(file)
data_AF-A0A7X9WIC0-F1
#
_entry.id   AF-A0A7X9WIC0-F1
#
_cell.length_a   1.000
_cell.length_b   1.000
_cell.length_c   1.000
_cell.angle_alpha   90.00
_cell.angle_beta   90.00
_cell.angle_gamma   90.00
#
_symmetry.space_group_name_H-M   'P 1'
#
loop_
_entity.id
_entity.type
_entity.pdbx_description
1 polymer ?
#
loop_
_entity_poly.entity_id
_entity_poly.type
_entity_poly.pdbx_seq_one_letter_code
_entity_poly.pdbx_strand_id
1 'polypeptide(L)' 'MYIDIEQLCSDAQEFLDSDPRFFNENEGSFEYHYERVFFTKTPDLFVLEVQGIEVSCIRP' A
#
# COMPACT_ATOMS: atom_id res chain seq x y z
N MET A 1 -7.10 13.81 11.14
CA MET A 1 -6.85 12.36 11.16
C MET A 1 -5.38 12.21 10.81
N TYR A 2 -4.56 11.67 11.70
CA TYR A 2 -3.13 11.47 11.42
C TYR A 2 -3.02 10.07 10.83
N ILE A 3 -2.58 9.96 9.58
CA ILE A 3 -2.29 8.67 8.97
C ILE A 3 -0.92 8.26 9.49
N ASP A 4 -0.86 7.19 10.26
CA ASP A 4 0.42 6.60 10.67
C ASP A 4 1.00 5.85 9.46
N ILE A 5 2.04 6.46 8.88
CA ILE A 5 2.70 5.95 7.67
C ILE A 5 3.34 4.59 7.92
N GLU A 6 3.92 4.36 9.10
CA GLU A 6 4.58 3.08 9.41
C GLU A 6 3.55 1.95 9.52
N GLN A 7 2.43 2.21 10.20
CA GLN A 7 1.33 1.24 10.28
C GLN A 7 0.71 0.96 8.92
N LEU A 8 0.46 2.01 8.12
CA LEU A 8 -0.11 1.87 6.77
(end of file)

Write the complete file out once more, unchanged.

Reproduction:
data_AF-A0A7X9WIC0-F1
#
_entry.id   AF-A0A7X9WIC0-F1
#
_cell.length_a   1.000
_cell.length_b   1.000
_cell.length_c   1.000
_cell.angle_alpha   90.00
_cell.angle_beta   90.00
_cell.angle_gamma   90.00
#
_symmetry.space_group_name_H-M   'P 1'
#
loop_
_entity.id
_entity.type
_entity.pdbx_description
1 polymer ?
#
loop_
_entity_poly.entity_id
_entity_poly.type
_entity_poly.pdbx_seq_one_letter_code
_entity_poly.pdbx_strand_id
1 'polypeptide(L)' 'MYIDIEQLCSDAQEFLDSDPRFFNENEGSFEYHYERVFFTKTPDLFVLEVQGIEVSCIRP' A
#
# COMPACT_ATOMS: atom_id res chain seq x y z
N MET A 1 -7.10 13.81 11.14
CA MET A 1 -6.85 12.36 11.16
C MET A 1 -5.38 12.21 10.81
N TYR A 2 -4.56 11.67 11.70
CA TYR A 2 -3.13 11.47 11.42
C TYR A 2 -3.02 10.07 10.83
N ILE A 3 -2.58 9.96 9.58
CA ILE A 3 -2.29 8.67 8.97
C ILE A 3 -0.92 8.26 9.49
N ASP A 4 -0.86 7.19 10.26
CA ASP A 4 0.42 6.60 10.67
C ASP A 4 1.00 5.85 9.46
N ILE A 5 2.04 6.46 8.88
CA ILE A 5 2.70 5.95 7.67
C ILE A 5 3.34 4.59 7.92
N GLU A 6 3.92 4.36 9.10
CA GLU A 6 4.58 3.08 9.41
C GLU A 6 3.55 1.95 9.52
N GLN A 7 2.43 2.21 10.20
CA GLN A 7 1.33 1.24 10.28
C GLN A 7 0.71 0.96 8.92
N LEU A 8 0.46 2.01 8.12
CA LEU A 8 -0.11 1.87 6.77